1. Whether going the route of traditional publishing as opposed to self-publishing, you are going to have to take on a bigger role in self-promoting. It is now a fact of writing life. No longer will you be able to “just” write and send in your material to a publisher and have it magically appear on the book shelves with no more effort from you. It’s not going to work that way. “Write it and they will come” does not apply. Sorry. You’re going to have to roll up your sleeves and sweat some more. Self-pubbers know this — have known it forever. Traditional publishers are going to expect you to do your part to get the word out about your book. Is it fair? Don’t care. It is what it is.

2. When is self-publishing a viable option? Well, there are a few reasons I can think of. For one, it is a smart business move to put together a small volume of shorter works and self-publish to get a buzz going about your novel. If it does well, you have something besides a smokin’ story to show a prospective publisher without compromising your material. Establish an audience — you’re going to need that, anyway.

3. For two, there is some excellent fiction that just won’t find a publisher. Why? Because it is not mainstream enough — meaning, the target audience (and if you don’t know who your target audience is, you have more problems than I can help you with) is not big enough for a publisher to make any money. The novel you’ve just written about the mating habits of the tse-tse fly is not going to appeal to more than a very small and very specialized market, no matter how well-written it is. Remember, this is a business — and this is not personal, so get your panties out of a bunch.

4. With the advent of electronic reading devices and of course, the Internet, a self-publisher has a better chance of reaching a larger audience than ever before. Not to mention opportunities afforded by digital publishing (known as “weblit” to some) in which some authors have found much success due to hard work and innovative marketing ideas.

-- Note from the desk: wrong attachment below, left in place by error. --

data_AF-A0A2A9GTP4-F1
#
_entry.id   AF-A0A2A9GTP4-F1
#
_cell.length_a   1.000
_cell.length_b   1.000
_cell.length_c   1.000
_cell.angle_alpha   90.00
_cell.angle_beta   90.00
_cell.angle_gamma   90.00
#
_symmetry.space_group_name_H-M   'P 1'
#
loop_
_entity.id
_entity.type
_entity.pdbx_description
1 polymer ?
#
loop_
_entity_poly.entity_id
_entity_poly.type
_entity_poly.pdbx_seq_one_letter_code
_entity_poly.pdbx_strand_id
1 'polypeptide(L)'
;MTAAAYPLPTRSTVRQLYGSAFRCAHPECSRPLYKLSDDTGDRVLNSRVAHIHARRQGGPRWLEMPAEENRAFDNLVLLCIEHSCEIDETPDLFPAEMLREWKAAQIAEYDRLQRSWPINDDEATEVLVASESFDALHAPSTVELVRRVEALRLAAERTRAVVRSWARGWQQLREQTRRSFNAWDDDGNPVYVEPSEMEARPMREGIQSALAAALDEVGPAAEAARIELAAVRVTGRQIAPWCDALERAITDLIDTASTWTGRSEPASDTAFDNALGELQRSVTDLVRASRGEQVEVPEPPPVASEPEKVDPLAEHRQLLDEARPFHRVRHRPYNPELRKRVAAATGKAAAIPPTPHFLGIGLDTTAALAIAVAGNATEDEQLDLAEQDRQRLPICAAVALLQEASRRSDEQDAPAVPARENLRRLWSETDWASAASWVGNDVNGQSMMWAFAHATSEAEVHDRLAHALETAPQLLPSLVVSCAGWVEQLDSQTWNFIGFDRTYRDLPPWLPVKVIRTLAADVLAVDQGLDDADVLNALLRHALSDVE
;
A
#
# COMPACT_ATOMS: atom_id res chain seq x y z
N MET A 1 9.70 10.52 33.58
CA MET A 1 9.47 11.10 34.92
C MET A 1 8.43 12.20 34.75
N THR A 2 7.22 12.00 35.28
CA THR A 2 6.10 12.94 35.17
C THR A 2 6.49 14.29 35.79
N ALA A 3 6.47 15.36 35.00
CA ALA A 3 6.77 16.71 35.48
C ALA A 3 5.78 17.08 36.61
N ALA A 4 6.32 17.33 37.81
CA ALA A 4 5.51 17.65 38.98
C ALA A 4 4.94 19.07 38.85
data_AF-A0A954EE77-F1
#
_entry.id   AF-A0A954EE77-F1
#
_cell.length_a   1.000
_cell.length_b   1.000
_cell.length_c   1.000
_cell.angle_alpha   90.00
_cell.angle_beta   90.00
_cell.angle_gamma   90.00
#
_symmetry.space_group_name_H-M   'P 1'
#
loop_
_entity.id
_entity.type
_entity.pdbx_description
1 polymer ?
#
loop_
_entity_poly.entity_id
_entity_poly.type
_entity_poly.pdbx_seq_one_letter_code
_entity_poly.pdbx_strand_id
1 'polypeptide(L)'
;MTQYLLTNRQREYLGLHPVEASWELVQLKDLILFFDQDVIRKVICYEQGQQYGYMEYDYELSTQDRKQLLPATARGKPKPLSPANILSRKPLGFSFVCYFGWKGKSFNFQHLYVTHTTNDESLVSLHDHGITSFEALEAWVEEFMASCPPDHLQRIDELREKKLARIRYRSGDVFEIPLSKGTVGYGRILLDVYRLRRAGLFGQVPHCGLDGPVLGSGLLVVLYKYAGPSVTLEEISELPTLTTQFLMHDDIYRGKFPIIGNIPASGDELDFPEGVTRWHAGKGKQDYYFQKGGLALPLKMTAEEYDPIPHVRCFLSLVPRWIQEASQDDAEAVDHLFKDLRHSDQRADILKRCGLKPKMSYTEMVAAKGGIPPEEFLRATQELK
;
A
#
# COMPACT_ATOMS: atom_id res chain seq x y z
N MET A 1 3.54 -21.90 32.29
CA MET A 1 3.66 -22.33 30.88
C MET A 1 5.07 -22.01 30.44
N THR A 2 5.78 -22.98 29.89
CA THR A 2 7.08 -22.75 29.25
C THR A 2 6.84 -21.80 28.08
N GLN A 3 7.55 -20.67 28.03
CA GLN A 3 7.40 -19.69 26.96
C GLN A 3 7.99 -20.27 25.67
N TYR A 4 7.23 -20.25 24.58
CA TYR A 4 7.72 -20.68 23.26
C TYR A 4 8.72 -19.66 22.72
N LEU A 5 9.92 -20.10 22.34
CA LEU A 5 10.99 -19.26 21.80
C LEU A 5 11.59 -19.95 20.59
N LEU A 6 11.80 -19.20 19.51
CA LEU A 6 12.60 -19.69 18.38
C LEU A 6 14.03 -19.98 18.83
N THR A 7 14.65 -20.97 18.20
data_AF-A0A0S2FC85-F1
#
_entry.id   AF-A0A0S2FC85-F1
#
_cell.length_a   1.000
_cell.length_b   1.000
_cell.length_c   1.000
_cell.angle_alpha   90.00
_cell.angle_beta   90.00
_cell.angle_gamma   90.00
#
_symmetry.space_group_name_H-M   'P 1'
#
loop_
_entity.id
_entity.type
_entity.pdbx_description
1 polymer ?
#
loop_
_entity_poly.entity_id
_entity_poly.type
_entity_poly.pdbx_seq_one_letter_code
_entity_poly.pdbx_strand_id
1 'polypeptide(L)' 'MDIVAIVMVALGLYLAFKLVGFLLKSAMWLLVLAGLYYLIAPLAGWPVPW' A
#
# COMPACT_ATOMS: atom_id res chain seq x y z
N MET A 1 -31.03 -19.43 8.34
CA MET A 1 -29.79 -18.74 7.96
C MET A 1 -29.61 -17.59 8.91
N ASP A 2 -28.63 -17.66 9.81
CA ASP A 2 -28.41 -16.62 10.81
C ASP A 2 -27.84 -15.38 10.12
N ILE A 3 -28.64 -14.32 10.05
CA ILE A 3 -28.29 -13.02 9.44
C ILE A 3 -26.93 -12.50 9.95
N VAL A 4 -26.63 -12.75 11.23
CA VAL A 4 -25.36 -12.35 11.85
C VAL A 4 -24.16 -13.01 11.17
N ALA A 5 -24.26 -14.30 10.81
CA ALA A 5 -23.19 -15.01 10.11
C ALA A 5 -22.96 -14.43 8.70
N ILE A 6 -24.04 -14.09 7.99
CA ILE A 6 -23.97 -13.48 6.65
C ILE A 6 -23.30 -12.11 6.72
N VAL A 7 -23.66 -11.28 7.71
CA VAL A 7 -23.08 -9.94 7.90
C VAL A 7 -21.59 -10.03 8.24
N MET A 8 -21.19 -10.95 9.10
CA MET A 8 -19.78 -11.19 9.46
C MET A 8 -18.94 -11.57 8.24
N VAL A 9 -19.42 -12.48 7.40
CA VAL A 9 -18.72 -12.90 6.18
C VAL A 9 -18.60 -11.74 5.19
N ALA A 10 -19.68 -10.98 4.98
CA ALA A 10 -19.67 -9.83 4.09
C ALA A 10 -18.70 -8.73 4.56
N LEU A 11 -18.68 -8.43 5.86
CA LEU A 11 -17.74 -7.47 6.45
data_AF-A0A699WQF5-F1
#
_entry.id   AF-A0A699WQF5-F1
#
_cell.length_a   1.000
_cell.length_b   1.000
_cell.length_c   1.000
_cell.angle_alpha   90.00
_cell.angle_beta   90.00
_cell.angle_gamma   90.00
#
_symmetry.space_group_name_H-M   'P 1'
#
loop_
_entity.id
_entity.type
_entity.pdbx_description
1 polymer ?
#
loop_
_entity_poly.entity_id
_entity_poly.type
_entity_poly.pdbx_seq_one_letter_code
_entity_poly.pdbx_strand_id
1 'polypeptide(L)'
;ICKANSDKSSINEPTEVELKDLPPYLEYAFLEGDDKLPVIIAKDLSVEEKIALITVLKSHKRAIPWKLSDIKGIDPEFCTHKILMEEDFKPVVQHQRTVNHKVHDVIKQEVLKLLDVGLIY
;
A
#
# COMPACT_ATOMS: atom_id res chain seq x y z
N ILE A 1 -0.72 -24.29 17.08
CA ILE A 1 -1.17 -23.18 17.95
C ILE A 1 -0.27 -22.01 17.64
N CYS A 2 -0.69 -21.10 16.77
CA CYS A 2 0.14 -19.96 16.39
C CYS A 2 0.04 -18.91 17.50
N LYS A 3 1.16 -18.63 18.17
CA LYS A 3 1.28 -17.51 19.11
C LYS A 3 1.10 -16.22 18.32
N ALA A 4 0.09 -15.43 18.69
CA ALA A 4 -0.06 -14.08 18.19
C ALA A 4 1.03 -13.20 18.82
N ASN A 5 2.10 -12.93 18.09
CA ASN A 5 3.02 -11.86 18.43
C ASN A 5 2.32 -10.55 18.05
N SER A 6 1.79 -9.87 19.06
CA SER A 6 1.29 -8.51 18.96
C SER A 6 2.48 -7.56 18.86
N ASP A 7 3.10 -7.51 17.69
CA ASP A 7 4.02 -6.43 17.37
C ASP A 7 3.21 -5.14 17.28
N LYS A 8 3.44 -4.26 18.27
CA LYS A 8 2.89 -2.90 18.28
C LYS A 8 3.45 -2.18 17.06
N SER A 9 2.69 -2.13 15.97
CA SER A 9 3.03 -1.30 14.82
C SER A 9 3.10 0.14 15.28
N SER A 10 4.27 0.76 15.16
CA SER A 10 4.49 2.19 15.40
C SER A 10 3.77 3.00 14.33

5. Traditional publishers have a larger distribution and more resources than self-publishers. Again, this is the truth and why being published by a big house seems like the Brass Ring. But is it right for you?

So, what’s a writer to do? Stay tuned for the next post, in which I will give you my opinion of what a writer needs to think about before choosing which way to jump.

A Hodge-Podge

There’s always something happening in the writerly world of Nettaland, and I really should be spanked for not blogging regularly. I could promise to be better about that, but I hate breaking promises. The shards are sharp and really hurt when you step on them.

Anyway, here’s the hodge-podge of what’s currently on the table:

~ I am closing on on the completion of a Special Project, and I’m excited. My client is happy with me, and says so here. Truth is, she’s been a dream client, and I can’t wait until “Lovers and Beloveds” hits the shelves. Believe me, you will love it. I think the pre-orders are open until July 15, but you can find out more information here. Hop on, because I have a feeling this thing is gonna blow wide open. Remember, you got the scoop here 🙂